The Berkeley Rent Board receives more than 300 inquiries a week ranging from very specific questions about individual units, to broader questions about rent control in general. In this column we will reproduce some of the more interesting questions and answers. Our topics will include permissible rent ceilings, the effects of vacancy decontrol, permissible grounds for eviction, habitability of units, the rules concerning security deposits and other issues of interest to renters and property owners. You can e-mail the City of Berkeley Rent Stabilization Board at rent@ci. berkeley.ca.us with your questions, or you can call or visit the office at 2125 Milvia Street, Berkeley, CA. 94704 (northeast corner of Milvia/Center Streets) Monday, Tuesday, Thursday and Friday, between 9 a.m. and 4:45 p.m., and on Wednesday between noon and 4:45 p.m. Our telephone number is (510) 644-6128. Our Web site address is www.ci.berkeley.ca.us/rent/.
Our landlord is slow to make repairs. Many of the things we can fix ourselves, like patching a hole in the screen door, replacing a kitchen faucet held in place with duct tape, and even rebuilding the rotting back steps. Can we go ahead and do these repairs ourselves and deduct our expenses from the rent?
If you think your landlord would rather have you make repairs so he doesn’t have to bother with them, write a letter asking if he will allow you to do these repairs and deduct the costs from rent.
If he does not approve, consider whether you can proceed with the "repair and deduct" remedy provided in California Civil Code section 1942.
Use of this remedy is limited:
• You must first give the landlord written or oral notice of the problem, and allow him or her reasonable time to make the repairs;
• The problem must substantially violate the habitability standards defined in Civil Code sections 1941.1 (see below);
• You must not have interfered with the landlord’s attempt to fix the problem and the problem must not have been caused by tenants or their guests;
• You may deduct no more than one month’s rent at a time, and you may not use this remedy more than twice in twelve months.
We strongly advise that you give notice to your landlord in writing of the repairs needed, and keep a copy for your records. Provide a reasonable date by which he should make the repairs, and advise that you will make the repairs (or hire someone to do them) and deduct the cost from rent if he doesn’t meet the deadline. The law presumes that 30 days is reasonable. If the problem is an emergency, such as flooding or a backed-up toilet, you will want to call the landlord immediately, but follow up that oral notice with a letter confirming your conversation. Also, it is reasonable to request that emergency repairs be fixed in less than 30 days.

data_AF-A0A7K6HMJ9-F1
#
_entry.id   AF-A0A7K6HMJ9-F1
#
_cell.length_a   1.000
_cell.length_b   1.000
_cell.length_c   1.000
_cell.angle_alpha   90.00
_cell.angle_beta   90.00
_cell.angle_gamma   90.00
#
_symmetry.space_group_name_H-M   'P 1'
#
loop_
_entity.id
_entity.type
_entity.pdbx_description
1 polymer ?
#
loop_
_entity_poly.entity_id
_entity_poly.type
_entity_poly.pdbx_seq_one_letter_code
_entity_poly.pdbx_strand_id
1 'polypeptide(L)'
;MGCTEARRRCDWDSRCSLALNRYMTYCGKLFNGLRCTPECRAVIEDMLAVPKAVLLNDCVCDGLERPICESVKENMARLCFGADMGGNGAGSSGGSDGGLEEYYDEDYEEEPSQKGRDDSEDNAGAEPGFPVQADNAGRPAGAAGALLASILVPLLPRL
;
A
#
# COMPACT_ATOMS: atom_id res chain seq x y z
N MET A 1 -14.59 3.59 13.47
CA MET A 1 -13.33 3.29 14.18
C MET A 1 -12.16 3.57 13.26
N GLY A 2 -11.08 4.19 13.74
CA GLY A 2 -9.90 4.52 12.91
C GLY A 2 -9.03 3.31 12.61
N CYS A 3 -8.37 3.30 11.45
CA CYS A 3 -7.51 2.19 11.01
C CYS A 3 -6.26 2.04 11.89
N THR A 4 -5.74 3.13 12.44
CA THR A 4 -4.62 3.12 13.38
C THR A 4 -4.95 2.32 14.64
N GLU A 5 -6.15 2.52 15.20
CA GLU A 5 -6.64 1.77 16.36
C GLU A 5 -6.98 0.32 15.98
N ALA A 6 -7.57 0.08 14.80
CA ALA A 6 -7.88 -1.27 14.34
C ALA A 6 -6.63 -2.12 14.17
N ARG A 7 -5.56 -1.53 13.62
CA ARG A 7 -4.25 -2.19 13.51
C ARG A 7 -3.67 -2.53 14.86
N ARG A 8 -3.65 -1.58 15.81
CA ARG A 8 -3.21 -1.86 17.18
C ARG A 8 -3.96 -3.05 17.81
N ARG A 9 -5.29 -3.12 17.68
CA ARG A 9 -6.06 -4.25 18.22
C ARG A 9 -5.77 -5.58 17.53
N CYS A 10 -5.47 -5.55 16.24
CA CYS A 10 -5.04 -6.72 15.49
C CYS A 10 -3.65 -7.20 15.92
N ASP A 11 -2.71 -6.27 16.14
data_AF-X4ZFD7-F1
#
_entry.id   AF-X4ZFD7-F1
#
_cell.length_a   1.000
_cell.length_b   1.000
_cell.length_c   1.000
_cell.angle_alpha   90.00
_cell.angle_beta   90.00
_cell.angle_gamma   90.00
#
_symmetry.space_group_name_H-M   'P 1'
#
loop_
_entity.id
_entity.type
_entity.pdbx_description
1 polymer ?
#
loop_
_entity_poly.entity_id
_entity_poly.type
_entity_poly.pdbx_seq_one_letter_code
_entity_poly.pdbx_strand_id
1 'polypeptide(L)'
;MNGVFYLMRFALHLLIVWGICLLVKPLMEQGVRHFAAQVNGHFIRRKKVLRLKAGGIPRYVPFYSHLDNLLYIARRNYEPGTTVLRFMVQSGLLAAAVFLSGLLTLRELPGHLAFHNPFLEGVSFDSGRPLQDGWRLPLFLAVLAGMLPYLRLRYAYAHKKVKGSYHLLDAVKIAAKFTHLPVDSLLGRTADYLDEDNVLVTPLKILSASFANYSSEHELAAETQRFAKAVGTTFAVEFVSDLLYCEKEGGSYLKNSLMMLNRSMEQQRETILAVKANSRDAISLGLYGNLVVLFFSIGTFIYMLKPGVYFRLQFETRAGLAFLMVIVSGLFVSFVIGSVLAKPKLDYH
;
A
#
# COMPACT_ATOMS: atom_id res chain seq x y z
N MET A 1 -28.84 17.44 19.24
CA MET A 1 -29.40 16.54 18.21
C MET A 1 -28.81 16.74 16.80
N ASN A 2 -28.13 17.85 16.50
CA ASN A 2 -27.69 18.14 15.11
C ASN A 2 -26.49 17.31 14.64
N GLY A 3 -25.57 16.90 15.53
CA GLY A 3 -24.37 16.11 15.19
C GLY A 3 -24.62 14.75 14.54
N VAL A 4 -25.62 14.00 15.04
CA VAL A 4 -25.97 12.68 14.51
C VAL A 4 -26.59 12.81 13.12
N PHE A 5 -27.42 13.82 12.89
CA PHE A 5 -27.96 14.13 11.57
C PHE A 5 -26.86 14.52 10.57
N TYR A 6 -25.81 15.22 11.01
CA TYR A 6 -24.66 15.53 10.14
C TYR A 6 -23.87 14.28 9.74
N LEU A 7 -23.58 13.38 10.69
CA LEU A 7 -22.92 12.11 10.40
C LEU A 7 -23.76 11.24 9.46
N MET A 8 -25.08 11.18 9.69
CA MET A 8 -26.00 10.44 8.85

If you or someone you hire does the work, we recommend that you photograph or videotape the problem before and after it is repaired. Once the work is completed, you may deduct the costs from the next month’s rent. Be sure to send the landlord copies of all receipts.
As for the items you mentioned, a small hole in the screen door doesn’t seem to warrant the use of repair and deduct, but your landlord should be willing to agree to let you make the repair and reimburse you for materials. The broken kitchen faucet and rotting stairs appear to be substantial violations; however, the cost to fix the stairs could exceed more than one months’ rent.
Landlord responsibilities under Civil Code section 1941.1
You may use the repair and deduct remedy if your unit or building is substantially lacking one or more of the following:
• Effective weatherproofing of roof and exterior walls, including unbroken windows and doors
• Plumbing and gas facilities in good working order
• Hot and cold running water and connection to a sewage disposal system
• Heating facilities in good working order
• Electrical lighting, wiring and equipment in good working order
• Building and grounds free of debris, garbage, and rodents and other pests
• Adequate number of garbage containers
• Floors, stairways and railings maintained in good repair
For more information on using the repair and deduct remedy, contact the Repair and Deduct Self-Help Hotline at (800) 806-8111.